Index to Chiropractic Literature
Index to Chiropractic Literature
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Thursday, July 18, 2019
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ID 18074
Title Supplemental care with medication-assisted manipulation versus spinal manipulation therapy alone for patients with chronic low back pain
URL http://www.ncbi.nlm.nih.gov/entrez/query.fcgi?cmd=Retrieve&db=pubmed&dopt=Abstract&list_uids=15883577
Journal J Manipulative Physiol Ther. 2005 May;28(4):245-252
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Subject(s)
Peer Review Yes
Publication Type Article
Abstract/Notes OBJECTIVES: To measure changes in pain and disability for chronic low-back pain patients receiving treatment with medication-assisted manipulation (MAM) and to compare these to changes in a group only receiving spinal manipulation.

STUDY DESIGN: Prospective cohort study of 68 chronic low-back pain patients.

METHODS: Outcomes were measured using the 1998 Version 2.0 American Association of Orthopaedic Surgeons/Council of Musculoskeletal Specialty Societies/Council of Spine Societies Outcomes Data Collection Instruments. The primary outcome variable was change in pain and disability. All patients received an initial 4- to 6-week trial of spinal manipulation therapy (SMT), after which 42 patients received supplemental intervention with MAM and the remaining 26 patients continued with SMT.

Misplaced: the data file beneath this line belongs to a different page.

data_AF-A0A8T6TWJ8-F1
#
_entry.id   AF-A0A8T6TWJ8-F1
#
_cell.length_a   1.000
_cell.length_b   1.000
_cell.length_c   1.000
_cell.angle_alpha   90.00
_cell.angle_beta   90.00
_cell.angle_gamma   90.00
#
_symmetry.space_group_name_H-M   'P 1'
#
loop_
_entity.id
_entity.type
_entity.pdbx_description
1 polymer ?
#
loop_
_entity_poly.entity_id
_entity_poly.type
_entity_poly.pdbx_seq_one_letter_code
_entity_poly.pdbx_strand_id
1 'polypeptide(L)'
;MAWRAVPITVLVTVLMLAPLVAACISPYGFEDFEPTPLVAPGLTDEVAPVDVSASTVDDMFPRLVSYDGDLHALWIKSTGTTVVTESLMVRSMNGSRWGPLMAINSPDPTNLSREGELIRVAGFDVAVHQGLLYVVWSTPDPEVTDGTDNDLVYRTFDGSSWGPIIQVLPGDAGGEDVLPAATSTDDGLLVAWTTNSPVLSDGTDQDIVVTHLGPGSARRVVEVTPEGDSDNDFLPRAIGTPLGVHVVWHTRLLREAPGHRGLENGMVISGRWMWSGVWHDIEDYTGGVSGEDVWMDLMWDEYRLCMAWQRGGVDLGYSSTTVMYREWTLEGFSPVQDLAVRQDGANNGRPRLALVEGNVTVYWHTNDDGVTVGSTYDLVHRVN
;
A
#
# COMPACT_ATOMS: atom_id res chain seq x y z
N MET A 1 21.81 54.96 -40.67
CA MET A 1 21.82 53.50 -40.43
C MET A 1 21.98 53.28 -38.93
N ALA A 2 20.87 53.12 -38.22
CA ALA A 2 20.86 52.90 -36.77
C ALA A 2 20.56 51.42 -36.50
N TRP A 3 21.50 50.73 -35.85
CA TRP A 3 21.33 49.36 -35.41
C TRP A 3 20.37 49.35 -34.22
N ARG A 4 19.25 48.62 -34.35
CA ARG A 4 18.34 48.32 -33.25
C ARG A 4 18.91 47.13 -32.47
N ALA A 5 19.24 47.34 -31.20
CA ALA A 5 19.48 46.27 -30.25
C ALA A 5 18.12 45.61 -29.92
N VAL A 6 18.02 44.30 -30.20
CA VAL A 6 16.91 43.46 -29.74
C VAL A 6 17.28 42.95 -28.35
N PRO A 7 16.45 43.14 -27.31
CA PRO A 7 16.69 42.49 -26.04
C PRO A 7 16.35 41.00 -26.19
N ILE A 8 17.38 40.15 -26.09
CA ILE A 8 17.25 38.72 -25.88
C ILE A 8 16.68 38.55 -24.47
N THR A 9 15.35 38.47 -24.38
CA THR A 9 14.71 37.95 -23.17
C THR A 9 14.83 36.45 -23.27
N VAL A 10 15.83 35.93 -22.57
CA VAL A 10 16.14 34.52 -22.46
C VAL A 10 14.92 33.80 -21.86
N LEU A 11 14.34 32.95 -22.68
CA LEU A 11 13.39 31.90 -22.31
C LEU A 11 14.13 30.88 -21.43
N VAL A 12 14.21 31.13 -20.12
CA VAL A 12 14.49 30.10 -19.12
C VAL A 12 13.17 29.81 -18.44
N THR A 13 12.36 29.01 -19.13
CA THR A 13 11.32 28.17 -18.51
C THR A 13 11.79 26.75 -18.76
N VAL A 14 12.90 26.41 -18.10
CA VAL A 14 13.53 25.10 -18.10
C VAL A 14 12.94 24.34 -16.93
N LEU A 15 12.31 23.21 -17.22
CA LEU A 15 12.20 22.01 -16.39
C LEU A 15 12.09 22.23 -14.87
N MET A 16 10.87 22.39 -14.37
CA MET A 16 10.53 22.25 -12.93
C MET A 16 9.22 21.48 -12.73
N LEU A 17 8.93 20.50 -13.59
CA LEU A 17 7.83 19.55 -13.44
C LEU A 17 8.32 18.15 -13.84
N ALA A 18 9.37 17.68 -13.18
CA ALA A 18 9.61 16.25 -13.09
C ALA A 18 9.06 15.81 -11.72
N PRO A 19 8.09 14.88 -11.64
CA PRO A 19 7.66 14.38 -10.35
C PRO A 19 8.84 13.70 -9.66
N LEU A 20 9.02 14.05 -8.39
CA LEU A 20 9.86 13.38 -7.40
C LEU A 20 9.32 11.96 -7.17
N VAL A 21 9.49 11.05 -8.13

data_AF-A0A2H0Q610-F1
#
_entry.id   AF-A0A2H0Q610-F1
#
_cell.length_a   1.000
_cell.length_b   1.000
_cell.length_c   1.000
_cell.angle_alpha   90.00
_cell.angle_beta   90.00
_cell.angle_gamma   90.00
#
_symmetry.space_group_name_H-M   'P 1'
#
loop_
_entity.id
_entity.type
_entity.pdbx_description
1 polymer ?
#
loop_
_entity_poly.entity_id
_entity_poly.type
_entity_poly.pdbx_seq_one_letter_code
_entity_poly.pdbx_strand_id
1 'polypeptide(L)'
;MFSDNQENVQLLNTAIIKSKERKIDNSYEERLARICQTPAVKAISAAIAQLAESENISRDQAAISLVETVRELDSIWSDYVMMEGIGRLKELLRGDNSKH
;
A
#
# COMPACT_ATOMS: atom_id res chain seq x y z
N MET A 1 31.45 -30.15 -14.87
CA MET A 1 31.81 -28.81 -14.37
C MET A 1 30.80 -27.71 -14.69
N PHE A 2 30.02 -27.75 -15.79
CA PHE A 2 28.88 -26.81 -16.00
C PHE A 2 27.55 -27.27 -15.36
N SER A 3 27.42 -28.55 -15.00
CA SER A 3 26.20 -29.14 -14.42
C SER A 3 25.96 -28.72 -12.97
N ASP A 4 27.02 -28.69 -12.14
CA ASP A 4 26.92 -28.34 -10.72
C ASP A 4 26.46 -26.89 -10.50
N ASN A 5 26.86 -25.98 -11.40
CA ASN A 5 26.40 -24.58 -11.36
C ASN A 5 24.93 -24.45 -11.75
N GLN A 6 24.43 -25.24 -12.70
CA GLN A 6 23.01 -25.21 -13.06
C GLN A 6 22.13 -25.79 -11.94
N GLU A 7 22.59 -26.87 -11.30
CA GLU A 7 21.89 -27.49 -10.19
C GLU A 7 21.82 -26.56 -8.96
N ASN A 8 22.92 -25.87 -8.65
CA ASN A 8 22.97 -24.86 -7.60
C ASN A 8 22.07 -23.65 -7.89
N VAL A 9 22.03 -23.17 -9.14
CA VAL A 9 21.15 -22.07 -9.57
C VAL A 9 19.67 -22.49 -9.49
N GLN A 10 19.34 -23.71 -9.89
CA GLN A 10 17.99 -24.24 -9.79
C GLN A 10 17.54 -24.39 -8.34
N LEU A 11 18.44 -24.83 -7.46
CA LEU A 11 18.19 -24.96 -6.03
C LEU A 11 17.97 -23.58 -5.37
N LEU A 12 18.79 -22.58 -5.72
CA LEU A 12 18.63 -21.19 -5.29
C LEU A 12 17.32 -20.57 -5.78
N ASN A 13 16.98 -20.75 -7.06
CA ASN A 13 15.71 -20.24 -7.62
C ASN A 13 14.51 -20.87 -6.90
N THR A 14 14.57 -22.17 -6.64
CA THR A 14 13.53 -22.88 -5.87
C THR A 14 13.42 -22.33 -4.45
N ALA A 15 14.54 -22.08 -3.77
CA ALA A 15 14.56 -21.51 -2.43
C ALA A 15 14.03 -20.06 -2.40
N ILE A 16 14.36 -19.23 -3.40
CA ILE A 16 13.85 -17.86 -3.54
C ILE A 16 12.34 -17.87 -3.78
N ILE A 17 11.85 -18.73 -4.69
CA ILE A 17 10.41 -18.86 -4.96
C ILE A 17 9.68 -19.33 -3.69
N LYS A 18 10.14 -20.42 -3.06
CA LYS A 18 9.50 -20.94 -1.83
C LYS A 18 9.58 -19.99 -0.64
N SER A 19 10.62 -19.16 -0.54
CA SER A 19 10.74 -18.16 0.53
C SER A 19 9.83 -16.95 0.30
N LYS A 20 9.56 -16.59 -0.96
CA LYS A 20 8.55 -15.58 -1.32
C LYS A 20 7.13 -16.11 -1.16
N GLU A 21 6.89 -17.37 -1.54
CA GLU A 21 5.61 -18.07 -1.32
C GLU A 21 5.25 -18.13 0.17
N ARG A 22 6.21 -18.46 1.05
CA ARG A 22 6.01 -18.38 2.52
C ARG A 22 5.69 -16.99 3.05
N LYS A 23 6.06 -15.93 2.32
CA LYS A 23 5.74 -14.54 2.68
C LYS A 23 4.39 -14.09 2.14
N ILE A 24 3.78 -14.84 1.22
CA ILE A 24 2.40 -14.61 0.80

RESULTS: Low back pain and disability measures favored the MAM group over the SMT-only group at 3 months (adjusted mean difference of 4.4 points on a 100-point scale, 95% confidence interval [CI] -2.2 to 11.0). This difference attenuated at 1 year (adjusted mean difference of 0.3 points, 95% CI -8.6 to 9.2). The relative odds of experiencing a 10-point improvement in pain and disability favored the MAM group at 3 months (odds ratio 4.1, 95% CI 1.3-13.6) and at 1 year (odds ratio 1.9, 95% CI 0.6-6.5).

CONCLUSION: Medication-assisted manipulation appears to offer some patients increased improvement in low back pain and disability. Further investigation of these apparent benefits in a randomized clinical trial is warranted.

Click on the above link for the PubMed record for this article; full text by subscription. The abstract is reproduced here with the permission of the publisher.

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